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Gender differences in mobility of Hispanic immigrants

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  • Matsuo, Miwa

Abstract

This paper examines the mobility of an increasingly important demographic group in the U.S., Hispanic immigrants. Using National Household Travel Survey data for 2009, this paper finds that, compared to the mobility of other populations, the mobility of Hispanic female immigrants is much lower, particularly when household income is low. Hispanic female immigrants are substantially less likely to be drivers than their male counterparts, and their probability of being a driver stagnates for decades after immigration, unlike female immigrants of other race/ethnicity groups. Hispanic female immigrants seem to remain non-drivers rather reluctantly. At the household level, Hispanic immigrants do not actively choose less auto-dependent lifestyles, and females clearly depend on others’ mobility. Yet once Hispanic female immigrants become drivers, they drive more than females of other race/ethnicity groups. Their high, hidden demand for driving is likely not related to domestic needs because their driving mileage is unassociated with child-caring duties, and is associated with household income level. The association between low-income status and driver status of Hispanic female immigrants has policy implications, especially if the barriers to becoming a driver limit Hispanic female immigrants' access to training or employment and contribute to their low-income status. More detailed analysis is anticipated to detail the mobility challenges Hispanic female immigrants face.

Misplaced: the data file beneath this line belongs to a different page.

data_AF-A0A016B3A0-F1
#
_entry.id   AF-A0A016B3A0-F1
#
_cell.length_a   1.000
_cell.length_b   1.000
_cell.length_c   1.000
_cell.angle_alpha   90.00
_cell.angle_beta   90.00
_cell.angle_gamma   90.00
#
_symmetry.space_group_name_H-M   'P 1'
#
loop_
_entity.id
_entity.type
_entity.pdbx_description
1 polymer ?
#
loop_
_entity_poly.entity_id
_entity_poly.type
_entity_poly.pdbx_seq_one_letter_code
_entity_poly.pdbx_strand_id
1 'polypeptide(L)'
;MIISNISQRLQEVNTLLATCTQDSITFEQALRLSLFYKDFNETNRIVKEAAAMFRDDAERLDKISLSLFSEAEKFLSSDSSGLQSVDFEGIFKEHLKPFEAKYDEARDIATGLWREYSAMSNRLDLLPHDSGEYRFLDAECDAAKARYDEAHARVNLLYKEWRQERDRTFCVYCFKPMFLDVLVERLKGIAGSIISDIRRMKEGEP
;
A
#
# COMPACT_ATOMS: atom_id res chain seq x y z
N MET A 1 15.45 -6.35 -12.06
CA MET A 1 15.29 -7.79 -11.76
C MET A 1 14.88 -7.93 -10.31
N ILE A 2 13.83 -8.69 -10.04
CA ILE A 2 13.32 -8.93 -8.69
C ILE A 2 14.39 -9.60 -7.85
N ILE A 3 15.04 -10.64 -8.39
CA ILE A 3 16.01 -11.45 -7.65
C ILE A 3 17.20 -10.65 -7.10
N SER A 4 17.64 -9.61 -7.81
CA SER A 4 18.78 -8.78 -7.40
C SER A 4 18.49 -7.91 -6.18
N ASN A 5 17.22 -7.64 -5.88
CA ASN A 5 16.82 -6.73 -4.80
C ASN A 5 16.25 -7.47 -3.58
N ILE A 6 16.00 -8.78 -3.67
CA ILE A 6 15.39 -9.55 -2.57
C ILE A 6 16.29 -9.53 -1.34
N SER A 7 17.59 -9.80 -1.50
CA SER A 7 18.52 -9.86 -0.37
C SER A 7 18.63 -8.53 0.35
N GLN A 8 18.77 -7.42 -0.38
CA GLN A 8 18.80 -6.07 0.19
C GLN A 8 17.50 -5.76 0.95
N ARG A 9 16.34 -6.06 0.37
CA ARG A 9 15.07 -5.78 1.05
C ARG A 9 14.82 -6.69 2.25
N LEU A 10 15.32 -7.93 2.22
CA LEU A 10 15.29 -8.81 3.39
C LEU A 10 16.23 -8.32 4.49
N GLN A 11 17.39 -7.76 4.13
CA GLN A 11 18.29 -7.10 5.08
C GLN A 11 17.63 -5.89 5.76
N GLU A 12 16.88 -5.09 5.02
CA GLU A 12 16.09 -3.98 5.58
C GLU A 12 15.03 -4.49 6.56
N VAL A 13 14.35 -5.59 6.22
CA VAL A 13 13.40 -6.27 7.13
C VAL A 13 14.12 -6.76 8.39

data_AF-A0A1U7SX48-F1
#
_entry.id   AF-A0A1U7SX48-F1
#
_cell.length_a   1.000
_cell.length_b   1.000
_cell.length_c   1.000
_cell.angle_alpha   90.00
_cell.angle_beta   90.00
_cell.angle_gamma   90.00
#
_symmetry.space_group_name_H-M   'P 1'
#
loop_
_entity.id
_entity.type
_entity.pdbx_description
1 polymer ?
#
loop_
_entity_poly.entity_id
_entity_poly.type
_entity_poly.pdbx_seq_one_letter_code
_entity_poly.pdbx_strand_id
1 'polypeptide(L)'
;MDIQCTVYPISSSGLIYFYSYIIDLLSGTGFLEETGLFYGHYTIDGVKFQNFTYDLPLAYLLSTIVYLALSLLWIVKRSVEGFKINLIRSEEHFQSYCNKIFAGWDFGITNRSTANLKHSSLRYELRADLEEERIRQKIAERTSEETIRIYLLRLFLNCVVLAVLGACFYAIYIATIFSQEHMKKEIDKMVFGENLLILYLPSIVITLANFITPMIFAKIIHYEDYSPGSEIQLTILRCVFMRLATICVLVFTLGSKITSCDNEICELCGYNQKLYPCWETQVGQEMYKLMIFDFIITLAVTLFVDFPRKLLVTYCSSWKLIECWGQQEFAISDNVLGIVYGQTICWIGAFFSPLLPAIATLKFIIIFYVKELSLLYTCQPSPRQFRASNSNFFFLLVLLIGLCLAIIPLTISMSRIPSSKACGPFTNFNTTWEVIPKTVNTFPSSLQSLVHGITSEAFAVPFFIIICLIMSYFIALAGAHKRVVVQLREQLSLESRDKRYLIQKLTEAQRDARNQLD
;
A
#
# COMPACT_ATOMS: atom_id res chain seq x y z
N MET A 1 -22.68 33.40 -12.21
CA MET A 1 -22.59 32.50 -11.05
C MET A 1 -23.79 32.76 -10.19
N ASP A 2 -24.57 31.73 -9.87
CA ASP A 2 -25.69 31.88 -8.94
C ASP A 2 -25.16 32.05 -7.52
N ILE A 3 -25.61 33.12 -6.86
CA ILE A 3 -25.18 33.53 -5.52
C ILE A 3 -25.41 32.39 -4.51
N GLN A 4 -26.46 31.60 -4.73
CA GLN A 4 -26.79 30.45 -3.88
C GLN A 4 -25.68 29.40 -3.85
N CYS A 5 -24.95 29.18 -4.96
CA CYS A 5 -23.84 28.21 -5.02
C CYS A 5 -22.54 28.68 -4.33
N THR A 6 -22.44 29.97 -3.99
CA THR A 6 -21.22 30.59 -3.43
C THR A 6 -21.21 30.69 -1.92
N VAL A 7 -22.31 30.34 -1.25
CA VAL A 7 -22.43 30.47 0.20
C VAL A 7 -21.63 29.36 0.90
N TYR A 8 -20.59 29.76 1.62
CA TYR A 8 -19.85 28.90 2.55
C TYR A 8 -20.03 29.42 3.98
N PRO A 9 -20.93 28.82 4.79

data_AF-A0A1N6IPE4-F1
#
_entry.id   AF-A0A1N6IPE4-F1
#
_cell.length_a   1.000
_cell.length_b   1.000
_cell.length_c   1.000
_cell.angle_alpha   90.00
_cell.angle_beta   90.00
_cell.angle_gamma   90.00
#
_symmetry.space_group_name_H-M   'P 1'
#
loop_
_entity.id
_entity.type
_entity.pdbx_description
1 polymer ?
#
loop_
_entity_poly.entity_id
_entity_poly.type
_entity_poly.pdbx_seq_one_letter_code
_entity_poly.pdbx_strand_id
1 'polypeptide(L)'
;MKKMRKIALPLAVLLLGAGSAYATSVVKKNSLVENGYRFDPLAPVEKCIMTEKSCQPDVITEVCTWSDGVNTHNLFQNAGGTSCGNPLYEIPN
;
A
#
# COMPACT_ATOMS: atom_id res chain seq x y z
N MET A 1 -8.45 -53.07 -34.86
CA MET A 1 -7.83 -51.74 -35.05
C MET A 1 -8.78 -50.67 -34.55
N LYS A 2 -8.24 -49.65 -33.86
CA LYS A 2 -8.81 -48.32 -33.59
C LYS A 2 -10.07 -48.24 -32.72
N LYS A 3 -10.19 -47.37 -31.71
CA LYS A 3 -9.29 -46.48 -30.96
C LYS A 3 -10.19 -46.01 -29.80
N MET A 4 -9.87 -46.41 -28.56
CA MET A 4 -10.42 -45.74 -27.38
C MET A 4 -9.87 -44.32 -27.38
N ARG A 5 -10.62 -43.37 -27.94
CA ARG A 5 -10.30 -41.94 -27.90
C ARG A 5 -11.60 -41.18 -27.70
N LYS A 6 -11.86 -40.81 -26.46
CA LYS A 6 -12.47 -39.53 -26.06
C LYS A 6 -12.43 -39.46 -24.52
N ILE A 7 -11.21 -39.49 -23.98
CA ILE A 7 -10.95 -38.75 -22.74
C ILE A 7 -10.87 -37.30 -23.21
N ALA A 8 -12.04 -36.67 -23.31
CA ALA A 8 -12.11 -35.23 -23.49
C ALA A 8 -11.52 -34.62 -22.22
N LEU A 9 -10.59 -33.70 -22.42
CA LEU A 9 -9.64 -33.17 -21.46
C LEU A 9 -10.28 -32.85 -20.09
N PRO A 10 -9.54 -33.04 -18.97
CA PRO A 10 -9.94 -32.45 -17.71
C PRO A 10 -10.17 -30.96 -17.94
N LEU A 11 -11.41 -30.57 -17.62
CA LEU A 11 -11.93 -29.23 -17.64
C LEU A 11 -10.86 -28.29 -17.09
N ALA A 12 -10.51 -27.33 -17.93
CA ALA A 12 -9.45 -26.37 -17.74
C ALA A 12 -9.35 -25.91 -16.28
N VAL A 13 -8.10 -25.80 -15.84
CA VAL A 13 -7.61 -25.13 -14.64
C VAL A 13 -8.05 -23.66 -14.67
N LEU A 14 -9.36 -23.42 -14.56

Suggested Citation

  • Matsuo, Miwa, 2016. "Gender differences in mobility of Hispanic immigrants," Transport Policy, Elsevier, vol. 52(C), pages 209-230.
  • Handle: RePEc:eee:trapol:v:52:y:2016:i:c:p:209-230
    DOI: 10.1016/j.tranpol.2016.08.002
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